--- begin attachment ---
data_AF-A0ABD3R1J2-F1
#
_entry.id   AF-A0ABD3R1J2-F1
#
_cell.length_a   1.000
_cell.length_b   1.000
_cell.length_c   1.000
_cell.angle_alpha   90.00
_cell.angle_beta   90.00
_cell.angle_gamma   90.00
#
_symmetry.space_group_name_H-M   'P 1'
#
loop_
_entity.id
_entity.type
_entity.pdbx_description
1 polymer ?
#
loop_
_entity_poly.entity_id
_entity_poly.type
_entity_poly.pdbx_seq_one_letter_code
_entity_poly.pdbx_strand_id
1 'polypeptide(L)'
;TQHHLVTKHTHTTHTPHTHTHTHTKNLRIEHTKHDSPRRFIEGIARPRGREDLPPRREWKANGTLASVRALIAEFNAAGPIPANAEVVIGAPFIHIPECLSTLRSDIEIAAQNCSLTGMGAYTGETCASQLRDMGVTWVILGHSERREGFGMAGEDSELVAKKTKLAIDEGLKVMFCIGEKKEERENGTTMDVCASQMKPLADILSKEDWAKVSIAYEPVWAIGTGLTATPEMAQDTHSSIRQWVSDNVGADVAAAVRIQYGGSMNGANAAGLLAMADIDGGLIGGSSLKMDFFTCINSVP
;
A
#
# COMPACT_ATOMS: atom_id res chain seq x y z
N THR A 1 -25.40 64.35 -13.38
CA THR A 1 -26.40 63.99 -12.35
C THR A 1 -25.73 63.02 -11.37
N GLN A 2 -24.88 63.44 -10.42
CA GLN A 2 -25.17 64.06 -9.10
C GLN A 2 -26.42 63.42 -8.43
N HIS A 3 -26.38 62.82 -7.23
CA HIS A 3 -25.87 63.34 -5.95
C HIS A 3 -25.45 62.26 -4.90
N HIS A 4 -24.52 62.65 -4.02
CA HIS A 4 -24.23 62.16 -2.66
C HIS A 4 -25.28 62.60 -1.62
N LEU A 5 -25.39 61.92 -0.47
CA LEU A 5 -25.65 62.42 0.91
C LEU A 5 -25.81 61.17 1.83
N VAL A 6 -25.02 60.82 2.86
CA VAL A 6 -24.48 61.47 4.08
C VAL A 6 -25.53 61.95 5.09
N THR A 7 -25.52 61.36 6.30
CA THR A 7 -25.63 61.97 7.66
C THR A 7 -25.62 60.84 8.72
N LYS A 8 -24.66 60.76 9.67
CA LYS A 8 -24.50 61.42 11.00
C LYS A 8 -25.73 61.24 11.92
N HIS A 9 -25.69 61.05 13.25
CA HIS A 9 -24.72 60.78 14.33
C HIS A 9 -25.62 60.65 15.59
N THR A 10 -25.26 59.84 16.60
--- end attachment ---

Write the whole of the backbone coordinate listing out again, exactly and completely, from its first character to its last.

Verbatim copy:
data_AF-A0ABD3R1J2-F1
#
_entry.id   AF-A0ABD3R1J2-F1
#
_cell.length_a   1.000
_cell.length_b   1.000
_cell.length_c   1.000
_cell.angle_alpha   90.00
_cell.angle_beta   90.00
_cell.angle_gamma   90.00
#
_symmetry.space_group_name_H-M   'P 1'
#
loop_
_entity.id
_entity.type
_entity.pdbx_description
1 polymer ?
#
loop_
_entity_poly.entity_id
_entity_poly.type
_entity_poly.pdbx_seq_one_letter_code
_entity_poly.pdbx_strand_id
1 'polypeptide(L)'
;TQHHLVTKHTHTTHTPHTHTHTHTKNLRIEHTKHDSPRRFIEGIARPRGREDLPPRREWKANGTLASVRALIAEFNAAGPIPANAEVVIGAPFIHIPECLSTLRSDIEIAAQNCSLTGMGAYTGETCASQLRDMGVTWVILGHSERREGFGMAGEDSELVAKKTKLAIDEGLKVMFCIGEKKEERENGTTMDVCASQMKPLADILSKEDWAKVSIAYEPVWAIGTGLTATPEMAQDTHSSIRQWVSDNVGADVAAAVRIQYGGSMNGANAAGLLAMADIDGGLIGGSSLKMDFFTCINSVP
;
A
#
# COMPACT_ATOMS: atom_id res chain seq x y z
N THR A 1 -25.40 64.35 -13.38
CA THR A 1 -26.40 63.99 -12.35
C THR A 1 -25.73 63.02 -11.37
N GLN A 2 -24.88 63.44 -10.42
CA GLN A 2 -25.17 64.06 -9.10
C GLN A 2 -26.42 63.42 -8.43
N HIS A 3 -26.38 62.82 -7.23
CA HIS A 3 -25.87 63.34 -5.95
C HIS A 3 -25.45 62.26 -4.90
N HIS A 4 -24.52 62.65 -4.02
CA HIS A 4 -24.23 62.16 -2.66
C HIS A 4 -25.28 62.60 -1.62
N LEU A 5 -25.39 61.92 -0.47
CA LEU A 5 -25.65 62.42 0.91
C LEU A 5 -25.81 61.17 1.83
N VAL A 6 -25.02 60.82 2.86
CA VAL A 6 -24.48 61.47 4.08
C VAL A 6 -25.53 61.95 5.09
N THR A 7 -25.52 61.36 6.30
CA THR A 7 -25.63 61.97 7.66
C THR A 7 -25.62 60.84 8.72
N LYS A 8 -24.66 60.76 9.67
CA LYS A 8 -24.50 61.42 11.00
C LYS A 8 -25.73 61.24 11.92
N HIS A 9 -25.69 61.05 13.25
CA HIS A 9 -24.72 60.78 14.33
C HIS A 9 -25.62 60.65 15.59
N THR A 10 -25.26 59.84 16.60